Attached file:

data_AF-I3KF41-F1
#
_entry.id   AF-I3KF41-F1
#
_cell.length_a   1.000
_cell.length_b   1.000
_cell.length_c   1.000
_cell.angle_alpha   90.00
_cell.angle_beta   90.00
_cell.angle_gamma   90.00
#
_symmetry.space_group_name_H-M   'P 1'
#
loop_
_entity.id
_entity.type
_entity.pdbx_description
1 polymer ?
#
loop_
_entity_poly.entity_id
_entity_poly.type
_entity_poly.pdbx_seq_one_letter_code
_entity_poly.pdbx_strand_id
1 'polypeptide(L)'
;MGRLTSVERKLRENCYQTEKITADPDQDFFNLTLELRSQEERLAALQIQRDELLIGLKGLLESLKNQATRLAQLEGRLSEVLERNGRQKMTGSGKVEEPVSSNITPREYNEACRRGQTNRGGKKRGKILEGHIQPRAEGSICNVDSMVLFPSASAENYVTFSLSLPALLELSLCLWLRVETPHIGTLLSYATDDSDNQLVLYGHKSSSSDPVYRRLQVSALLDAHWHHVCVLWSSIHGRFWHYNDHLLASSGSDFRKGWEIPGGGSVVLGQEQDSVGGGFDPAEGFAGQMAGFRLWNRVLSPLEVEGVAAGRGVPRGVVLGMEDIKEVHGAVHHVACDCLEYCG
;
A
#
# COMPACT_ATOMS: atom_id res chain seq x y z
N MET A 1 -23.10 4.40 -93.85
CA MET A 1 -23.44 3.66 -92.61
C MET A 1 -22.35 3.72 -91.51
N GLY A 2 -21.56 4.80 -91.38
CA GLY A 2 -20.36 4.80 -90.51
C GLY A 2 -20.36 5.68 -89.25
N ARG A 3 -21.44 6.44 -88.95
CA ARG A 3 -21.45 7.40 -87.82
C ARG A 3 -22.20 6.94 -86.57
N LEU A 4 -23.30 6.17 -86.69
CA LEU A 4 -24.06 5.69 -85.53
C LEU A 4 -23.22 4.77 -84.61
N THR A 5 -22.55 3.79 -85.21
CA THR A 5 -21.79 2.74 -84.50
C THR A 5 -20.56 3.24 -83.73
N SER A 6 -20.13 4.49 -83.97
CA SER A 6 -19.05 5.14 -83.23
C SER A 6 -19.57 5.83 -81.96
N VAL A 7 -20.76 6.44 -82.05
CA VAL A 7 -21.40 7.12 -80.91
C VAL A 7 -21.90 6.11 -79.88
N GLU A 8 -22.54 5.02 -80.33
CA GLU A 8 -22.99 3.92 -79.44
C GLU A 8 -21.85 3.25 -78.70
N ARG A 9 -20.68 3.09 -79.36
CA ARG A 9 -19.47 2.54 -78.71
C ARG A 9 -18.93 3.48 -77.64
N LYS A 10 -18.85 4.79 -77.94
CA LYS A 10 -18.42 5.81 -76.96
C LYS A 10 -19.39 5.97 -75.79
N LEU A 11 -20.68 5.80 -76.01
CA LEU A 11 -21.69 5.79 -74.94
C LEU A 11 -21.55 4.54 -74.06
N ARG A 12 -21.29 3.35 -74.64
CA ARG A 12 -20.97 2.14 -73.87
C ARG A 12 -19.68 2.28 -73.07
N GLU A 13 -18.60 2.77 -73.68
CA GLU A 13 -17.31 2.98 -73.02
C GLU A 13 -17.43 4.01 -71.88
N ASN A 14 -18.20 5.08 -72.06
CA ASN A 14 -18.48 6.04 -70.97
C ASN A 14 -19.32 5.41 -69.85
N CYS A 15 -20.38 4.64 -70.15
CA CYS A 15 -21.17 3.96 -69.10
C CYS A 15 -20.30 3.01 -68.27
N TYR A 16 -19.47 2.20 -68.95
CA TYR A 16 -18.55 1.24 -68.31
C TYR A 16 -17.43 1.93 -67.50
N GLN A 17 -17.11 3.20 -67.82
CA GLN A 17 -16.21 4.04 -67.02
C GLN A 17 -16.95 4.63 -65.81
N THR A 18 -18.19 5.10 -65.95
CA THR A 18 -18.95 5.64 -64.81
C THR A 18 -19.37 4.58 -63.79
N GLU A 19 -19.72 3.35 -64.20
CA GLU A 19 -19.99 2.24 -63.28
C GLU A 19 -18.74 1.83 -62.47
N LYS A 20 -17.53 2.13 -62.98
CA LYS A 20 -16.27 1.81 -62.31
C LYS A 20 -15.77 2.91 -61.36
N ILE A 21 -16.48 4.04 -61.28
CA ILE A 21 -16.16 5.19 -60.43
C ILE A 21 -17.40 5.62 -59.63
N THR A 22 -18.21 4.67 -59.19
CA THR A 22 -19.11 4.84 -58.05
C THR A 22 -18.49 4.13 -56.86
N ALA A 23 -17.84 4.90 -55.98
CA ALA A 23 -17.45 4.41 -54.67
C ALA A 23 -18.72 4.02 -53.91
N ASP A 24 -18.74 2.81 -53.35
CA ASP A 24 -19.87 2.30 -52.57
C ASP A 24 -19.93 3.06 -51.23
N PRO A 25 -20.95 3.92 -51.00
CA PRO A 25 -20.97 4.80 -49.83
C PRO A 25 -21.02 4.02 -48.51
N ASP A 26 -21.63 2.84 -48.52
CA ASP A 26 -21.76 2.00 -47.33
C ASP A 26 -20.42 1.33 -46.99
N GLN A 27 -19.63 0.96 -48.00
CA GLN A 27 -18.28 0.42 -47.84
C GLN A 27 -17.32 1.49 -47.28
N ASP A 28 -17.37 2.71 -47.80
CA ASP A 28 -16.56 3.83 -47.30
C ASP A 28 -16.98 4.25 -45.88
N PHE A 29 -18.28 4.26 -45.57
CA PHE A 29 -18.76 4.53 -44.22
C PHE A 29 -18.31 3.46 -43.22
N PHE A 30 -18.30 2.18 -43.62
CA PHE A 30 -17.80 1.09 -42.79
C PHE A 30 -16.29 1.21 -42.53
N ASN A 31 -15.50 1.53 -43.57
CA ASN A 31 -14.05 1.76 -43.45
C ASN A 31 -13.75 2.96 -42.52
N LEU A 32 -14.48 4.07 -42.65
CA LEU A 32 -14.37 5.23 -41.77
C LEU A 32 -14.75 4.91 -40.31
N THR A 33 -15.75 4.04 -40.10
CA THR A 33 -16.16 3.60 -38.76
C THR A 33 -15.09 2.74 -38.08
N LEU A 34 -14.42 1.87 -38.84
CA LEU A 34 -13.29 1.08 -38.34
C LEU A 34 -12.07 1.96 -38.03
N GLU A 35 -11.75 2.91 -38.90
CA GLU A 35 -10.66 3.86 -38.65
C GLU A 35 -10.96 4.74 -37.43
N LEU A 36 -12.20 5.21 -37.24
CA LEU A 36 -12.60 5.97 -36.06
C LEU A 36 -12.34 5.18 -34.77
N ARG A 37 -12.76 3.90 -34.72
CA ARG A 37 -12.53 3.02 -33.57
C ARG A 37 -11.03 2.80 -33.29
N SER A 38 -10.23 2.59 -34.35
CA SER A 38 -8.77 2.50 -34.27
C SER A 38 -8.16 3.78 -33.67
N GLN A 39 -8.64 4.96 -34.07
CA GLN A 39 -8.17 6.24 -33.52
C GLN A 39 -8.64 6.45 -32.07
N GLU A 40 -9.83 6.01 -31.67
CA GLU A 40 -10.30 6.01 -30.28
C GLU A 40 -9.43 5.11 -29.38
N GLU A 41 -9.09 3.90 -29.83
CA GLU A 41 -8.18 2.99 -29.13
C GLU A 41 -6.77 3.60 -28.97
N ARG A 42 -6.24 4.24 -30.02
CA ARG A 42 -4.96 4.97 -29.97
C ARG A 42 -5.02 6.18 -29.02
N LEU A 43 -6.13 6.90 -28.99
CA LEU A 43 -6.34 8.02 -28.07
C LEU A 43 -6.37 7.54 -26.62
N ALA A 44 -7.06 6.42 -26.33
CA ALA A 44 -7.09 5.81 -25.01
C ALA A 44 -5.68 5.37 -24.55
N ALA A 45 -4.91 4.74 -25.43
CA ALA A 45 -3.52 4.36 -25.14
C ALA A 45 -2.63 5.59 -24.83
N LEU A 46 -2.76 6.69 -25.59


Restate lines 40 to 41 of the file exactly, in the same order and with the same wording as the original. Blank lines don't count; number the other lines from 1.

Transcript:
N LEU A 4 -23.30 6.17 -86.69
CA LEU A 4 -24.06 5.69 -85.53